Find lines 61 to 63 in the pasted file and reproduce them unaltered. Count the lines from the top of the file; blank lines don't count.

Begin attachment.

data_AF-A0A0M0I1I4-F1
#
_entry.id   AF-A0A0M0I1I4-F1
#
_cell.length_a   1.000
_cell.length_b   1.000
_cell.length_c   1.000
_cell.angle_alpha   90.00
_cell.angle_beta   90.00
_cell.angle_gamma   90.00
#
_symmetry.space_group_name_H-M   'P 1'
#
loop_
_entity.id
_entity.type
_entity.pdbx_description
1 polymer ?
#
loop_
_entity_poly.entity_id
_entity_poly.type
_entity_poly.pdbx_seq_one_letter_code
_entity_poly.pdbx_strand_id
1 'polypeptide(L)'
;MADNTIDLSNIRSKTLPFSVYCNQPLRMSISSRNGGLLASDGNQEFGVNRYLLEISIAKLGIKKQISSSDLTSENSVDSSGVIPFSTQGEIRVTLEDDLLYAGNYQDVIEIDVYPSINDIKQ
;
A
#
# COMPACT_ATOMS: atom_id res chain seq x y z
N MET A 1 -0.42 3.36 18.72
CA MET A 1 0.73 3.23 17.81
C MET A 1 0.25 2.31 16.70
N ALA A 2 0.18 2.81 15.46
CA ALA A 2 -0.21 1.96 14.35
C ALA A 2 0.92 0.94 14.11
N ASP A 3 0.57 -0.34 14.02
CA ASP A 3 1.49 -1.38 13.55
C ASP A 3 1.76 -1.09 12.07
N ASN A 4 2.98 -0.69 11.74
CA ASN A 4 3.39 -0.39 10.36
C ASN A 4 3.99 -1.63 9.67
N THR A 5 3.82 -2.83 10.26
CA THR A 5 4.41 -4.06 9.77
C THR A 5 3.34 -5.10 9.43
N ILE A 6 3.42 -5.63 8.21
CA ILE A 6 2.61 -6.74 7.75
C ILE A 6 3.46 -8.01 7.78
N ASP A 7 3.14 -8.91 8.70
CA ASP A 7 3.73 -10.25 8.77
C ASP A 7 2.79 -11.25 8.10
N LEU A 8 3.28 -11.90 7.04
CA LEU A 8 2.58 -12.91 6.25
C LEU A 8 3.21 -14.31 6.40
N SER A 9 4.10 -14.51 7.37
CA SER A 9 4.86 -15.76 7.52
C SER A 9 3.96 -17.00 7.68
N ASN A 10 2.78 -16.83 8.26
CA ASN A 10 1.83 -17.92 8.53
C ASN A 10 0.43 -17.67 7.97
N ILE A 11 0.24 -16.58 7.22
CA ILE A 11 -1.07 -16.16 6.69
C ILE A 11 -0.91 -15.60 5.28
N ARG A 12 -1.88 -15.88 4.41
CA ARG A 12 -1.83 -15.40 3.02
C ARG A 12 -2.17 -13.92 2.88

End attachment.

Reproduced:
N ILE A 11 0.24 -16.58 7.22
CA ILE A 11 -1.07 -16.16 6.69
C ILE A 11 -0.91 -15.60 5.28